Analysis and design of a multisensory array for explosive substances based on solid electrodes

Baron, Mark, Barrett, Richard and Gonzalez-Rodriguez, Jose (2012) Analysis and design of a multisensory array for explosive substances based on solid electrodes. In: Optical Materials and Biomaterials in Security and Defence Systems Technology IX, 26-27 September 2012, Edinburgh.

Full content URL:

Full text not available from this repository.

Item Type:Conference or Workshop contribution (Paper)
Item Status:Live Archive


The detection of explosives and explosive related compounds is a subject of importance in several areas including environmental health, de-mining efforts (land and sea) and security and defence against terrorist activity. The use of electrochemical methods is particularly attractive as many common explosives contain suitable chemical groups to be detected using electrochemical methods. The electrochemical detection of explosives and related compounds in solution using a virtual metal electrode array and differential pulse voltammetry was achieved. The multiple sets of voltammetric data were integrated using multivariate analysis and matched with known substances present in explosives. Seven explosive substances: 2,4-initrotoluene, 2,6-dinitrotoluene, 3,4-dinitrotoluene, 2-nitrotoluene, octogen (HMX), pentaerithrytol tetranitrate (PETN), trinitrotoluene (TNT) and cyclonite (RDX) and a taggant agent 2,3â� dimethylâ� 2,3â� dinitrobutane (DMNB) were subjected to analysis using four solid electrodes, namely glassy carbon, silver, gold and platinum in saline aqueous solutions to mimic an aquatic environment. The results obtained in Differential Pulse Voltammetry (DPV) from the different experiments with each electrode were combined to produce a single voltammogram, which was subjected to chemometric analysis using Partial Least Squares (PLS) and Principle Component Analysis Non-Iterative Partial Least Squares (PCA-NIPALS). A combination of the electrochemical signals obtained together with the use of chemometric analysis made it possible to discriminate between explosives and their mixtures and also to quantitate their concentration in saline solutions. These combinations created a mathematical array, which clearly separates the explosives, even if the electrochemical information is buried or mixed with the electrode background noise. © 2012 SPIE.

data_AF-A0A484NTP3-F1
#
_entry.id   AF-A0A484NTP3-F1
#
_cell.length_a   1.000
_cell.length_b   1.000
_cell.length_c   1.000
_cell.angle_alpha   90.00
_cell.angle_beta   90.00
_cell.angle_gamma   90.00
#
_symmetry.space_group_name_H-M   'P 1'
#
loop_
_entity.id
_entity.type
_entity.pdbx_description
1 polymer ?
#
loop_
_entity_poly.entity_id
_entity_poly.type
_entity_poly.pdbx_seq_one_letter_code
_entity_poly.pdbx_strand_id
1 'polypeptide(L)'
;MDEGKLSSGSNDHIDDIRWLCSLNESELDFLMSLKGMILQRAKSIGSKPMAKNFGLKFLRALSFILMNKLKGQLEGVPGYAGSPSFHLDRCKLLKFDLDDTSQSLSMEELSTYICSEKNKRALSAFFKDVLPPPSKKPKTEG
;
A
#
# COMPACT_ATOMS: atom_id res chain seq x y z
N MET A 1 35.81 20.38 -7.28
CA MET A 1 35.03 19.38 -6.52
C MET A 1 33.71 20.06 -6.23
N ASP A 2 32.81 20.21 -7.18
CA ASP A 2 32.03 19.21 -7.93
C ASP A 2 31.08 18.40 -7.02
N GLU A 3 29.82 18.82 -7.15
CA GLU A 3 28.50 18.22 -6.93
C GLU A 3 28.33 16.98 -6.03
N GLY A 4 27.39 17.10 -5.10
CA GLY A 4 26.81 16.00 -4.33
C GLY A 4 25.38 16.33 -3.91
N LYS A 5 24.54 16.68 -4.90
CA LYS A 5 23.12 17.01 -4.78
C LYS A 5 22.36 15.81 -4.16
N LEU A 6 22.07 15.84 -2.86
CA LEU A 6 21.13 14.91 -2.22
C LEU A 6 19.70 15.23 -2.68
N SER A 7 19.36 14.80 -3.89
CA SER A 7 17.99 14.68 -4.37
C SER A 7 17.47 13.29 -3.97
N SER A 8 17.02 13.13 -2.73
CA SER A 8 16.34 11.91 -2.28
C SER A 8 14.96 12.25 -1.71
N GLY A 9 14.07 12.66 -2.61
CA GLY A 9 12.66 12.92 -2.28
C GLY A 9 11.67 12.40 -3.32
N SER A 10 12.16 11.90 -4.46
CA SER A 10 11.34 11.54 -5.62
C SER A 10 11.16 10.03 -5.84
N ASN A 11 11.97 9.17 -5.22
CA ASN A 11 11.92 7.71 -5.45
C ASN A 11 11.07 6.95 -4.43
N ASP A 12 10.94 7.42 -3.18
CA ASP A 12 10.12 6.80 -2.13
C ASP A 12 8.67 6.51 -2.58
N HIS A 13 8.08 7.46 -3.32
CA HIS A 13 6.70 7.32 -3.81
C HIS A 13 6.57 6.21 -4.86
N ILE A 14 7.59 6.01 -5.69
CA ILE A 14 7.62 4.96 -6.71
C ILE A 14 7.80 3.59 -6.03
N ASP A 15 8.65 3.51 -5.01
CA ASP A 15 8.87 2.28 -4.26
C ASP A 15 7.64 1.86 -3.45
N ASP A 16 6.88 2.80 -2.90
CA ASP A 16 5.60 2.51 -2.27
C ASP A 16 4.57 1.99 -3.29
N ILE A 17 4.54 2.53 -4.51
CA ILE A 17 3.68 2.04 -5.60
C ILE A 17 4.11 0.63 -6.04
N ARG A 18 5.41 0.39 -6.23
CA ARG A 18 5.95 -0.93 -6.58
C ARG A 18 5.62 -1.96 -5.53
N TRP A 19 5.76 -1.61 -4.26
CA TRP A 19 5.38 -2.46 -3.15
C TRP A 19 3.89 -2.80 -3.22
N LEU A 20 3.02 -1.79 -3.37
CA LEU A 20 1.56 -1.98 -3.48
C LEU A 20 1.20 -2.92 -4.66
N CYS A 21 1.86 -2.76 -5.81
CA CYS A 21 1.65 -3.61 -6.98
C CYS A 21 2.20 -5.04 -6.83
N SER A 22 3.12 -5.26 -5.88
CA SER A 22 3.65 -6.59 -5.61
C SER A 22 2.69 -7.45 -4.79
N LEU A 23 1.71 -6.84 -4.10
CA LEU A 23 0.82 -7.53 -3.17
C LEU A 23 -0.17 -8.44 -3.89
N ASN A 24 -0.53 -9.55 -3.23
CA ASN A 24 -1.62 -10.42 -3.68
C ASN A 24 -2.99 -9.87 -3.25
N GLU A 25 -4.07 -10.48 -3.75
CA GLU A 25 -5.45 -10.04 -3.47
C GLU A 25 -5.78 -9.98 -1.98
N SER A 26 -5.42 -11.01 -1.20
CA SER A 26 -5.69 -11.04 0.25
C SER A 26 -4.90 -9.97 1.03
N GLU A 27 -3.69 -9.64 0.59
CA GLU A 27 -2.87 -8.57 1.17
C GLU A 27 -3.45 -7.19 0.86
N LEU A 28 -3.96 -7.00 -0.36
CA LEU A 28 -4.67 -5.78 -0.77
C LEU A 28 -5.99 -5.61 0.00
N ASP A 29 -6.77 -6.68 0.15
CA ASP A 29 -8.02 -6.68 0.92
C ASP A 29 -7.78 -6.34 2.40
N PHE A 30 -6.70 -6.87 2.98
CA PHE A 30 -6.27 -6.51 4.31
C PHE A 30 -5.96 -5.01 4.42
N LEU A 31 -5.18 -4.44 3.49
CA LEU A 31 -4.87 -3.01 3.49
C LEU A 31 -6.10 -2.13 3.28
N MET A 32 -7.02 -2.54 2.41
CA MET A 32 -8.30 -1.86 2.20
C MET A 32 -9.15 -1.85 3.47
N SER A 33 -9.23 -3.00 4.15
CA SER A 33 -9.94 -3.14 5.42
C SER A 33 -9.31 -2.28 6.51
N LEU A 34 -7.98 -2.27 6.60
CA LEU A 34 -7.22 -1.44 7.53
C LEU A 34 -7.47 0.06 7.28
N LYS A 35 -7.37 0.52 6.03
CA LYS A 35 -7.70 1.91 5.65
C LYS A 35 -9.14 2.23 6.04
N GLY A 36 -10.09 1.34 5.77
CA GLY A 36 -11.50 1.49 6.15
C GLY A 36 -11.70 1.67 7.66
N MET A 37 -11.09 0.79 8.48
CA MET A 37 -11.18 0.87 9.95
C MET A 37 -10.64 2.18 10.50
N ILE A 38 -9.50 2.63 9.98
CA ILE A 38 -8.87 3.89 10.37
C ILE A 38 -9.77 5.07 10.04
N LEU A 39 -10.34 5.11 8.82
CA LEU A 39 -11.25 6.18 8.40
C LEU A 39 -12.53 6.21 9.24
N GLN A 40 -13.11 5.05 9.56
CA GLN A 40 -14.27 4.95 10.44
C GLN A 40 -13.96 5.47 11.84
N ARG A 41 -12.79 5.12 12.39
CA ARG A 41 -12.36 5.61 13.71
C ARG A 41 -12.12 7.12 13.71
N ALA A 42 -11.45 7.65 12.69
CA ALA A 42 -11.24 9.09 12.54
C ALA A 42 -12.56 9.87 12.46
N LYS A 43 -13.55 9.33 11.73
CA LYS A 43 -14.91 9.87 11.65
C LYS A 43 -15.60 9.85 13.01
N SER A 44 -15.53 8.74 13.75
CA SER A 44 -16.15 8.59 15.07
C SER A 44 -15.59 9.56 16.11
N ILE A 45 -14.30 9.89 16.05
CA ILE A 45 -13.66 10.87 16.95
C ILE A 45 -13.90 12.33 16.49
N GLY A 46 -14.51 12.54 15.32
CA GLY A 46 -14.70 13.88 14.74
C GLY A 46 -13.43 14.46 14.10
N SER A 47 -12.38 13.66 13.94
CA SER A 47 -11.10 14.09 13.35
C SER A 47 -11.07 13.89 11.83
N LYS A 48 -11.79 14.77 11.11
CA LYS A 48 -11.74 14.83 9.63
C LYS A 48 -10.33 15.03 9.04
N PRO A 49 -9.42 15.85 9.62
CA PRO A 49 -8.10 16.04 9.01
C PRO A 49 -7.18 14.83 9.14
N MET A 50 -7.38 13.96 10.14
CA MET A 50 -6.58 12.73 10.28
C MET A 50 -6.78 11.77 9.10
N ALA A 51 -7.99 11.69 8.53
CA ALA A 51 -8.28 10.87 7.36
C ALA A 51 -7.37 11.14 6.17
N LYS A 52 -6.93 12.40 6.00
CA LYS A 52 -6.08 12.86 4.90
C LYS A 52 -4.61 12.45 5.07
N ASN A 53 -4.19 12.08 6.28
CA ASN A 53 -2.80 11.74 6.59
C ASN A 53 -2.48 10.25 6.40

Additional Information:Conference Code:96353
Keywords:Chemometrics, Differential pulse voltammetry, ELectrochemical detection, Explosive-related compounds, Partial least square (PLS), PCA, PLS, Principle component analysis, Biological materials, Electrochemical electrodes, Electrochemistry, Explosives detection, Iterative methods, Optical materials, Principal component analysis, Voltammetry, Explosives
Subjects:F Physical Sciences > F360 Optical Physics
Divisions:College of Science > School of Life Sciences
Related URLs:
ID Code:10560
Deposited On:20 Dec 2013 10:17

Repository Staff Only: item control page